Another indie plowing money back into the agency rather than taking the profits is Waggener Edstrom, which invested heavily in digital, global, people, and infrastructure, according to president and CEO Melissa Waggener Zorkin. "We had a good, foundational year, but not excellent," says Zorkin. "We finished just shy of our business plan."
She reiterates that firms must not let the needs of the client get lost in the wider desire to build a business: "We're building our infrastructure to have a real impact for clients. Agencies need to make sure it's the customer and what they want that's at the center of the process."
WPP's largest global PR brand, Burson-Marsteller, launched a Global Corporate Reputation Index earlier this year that also speaks to the needs of the modern client. It highlighted a trend for tech companies to look beyond a pure focus on product to embrace citizenship, worker safety, and supply-chain issues – all familiar topics for industries such as oil and pharma, but relatively new to the still maturing tech sector.
Global CEO Mark Penn explains: "Customers are demanding very high standards, and that enhances the role PR firms can play in helping tech companies get ahead on this."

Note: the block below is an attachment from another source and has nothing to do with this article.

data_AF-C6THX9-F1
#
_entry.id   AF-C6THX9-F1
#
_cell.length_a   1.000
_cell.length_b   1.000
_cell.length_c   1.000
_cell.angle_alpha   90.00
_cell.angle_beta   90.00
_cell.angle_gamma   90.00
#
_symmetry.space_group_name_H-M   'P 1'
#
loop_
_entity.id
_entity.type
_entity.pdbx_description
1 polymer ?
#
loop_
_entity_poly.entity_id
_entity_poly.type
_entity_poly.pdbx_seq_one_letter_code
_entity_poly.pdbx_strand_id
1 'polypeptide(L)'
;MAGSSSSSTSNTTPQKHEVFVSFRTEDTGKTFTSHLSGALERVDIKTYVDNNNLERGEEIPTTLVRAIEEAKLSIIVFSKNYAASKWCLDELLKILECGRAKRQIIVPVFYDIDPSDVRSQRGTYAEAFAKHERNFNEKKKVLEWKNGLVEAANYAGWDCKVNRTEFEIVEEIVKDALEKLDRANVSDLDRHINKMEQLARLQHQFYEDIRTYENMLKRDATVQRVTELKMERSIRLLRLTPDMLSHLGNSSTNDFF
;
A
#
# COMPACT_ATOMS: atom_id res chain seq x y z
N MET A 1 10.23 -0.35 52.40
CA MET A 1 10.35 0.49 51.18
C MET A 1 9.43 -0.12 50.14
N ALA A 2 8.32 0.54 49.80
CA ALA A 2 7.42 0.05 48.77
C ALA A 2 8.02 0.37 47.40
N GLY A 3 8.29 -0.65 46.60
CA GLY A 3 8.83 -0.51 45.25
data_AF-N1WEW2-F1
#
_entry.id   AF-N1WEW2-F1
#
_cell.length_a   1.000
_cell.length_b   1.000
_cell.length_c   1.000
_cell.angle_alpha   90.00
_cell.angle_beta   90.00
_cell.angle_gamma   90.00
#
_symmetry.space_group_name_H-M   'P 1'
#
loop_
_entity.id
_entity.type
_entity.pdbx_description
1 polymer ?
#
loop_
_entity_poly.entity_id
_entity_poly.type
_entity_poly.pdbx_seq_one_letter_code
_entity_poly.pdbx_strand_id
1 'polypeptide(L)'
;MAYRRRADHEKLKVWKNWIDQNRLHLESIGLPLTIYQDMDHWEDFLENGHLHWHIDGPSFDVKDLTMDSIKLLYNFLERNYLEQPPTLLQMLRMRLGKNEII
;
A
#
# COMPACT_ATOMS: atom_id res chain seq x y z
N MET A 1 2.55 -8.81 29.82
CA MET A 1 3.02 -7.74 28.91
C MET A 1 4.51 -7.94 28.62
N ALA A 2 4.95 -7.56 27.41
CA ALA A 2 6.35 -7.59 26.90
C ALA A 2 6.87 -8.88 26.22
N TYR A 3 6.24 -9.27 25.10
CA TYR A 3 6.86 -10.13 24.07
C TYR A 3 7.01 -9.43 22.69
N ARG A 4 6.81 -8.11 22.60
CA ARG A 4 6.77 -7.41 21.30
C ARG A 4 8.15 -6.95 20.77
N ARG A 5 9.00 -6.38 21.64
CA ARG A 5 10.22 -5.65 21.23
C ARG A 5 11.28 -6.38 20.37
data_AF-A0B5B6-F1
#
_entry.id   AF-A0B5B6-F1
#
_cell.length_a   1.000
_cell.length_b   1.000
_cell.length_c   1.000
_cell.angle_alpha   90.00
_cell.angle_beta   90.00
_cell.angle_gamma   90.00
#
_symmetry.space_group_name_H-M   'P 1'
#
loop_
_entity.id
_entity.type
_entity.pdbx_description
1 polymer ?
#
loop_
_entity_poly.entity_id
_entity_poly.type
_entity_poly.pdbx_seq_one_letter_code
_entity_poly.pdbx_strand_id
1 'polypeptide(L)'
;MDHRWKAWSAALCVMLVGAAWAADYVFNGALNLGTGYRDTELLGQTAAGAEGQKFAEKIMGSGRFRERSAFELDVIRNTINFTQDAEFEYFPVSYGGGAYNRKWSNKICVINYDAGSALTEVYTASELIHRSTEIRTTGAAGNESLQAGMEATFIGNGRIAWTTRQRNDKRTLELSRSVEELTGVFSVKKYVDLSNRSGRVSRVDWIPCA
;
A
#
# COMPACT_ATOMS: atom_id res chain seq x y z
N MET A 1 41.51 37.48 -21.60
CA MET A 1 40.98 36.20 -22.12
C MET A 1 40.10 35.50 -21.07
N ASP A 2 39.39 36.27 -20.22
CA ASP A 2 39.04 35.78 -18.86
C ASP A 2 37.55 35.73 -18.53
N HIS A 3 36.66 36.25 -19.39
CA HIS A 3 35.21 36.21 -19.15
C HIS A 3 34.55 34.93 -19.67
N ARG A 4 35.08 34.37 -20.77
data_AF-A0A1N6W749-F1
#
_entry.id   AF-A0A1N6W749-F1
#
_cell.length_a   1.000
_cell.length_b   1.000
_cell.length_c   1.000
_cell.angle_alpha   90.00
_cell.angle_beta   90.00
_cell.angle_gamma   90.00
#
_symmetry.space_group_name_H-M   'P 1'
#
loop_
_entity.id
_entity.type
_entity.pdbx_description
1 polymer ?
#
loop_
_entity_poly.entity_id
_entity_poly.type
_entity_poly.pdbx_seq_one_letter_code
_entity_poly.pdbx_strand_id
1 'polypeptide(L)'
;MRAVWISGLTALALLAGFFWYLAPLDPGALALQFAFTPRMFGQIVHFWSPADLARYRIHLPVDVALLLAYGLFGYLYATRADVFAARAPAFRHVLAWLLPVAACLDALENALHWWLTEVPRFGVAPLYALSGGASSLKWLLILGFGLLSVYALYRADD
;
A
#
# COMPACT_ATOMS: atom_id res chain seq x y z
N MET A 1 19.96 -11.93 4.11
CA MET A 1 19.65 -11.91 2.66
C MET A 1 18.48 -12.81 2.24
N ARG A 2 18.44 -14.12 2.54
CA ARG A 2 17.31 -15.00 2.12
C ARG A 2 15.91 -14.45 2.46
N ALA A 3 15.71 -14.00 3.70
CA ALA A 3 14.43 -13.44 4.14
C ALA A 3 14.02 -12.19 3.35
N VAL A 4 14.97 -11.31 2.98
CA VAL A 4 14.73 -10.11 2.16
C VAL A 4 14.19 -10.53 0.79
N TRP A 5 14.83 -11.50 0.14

It's a sweet spot Penn has seen Burson exploit across the board, from top-level strategy to crisis communications for companies ranging from Sony to Carnival Cruise Lines' Costa Crociere. "By offering PR, research, and strategy in one unit, we can provide the high-level consultancy that can handle such crises," says Penn. "And companies such as Johnson & Johnson are turning to us for that kind of work. It combines the top-level talent associated with a boutique firm with a full-service global offering. "All this helped contribute to annual profits of $90 million at Burson.
Whether the $1 billion agency is on the horizon or not, one thing everyone agrees on is that this is the most exciting time to be working in PR. As CMG's Diamond says: "There are more opportunities in our business now than there have ever been. The limitations that used to exist are no longer in place. Today's world plays to all our strengths. We're in a great place – and it's a great place for young people to come into."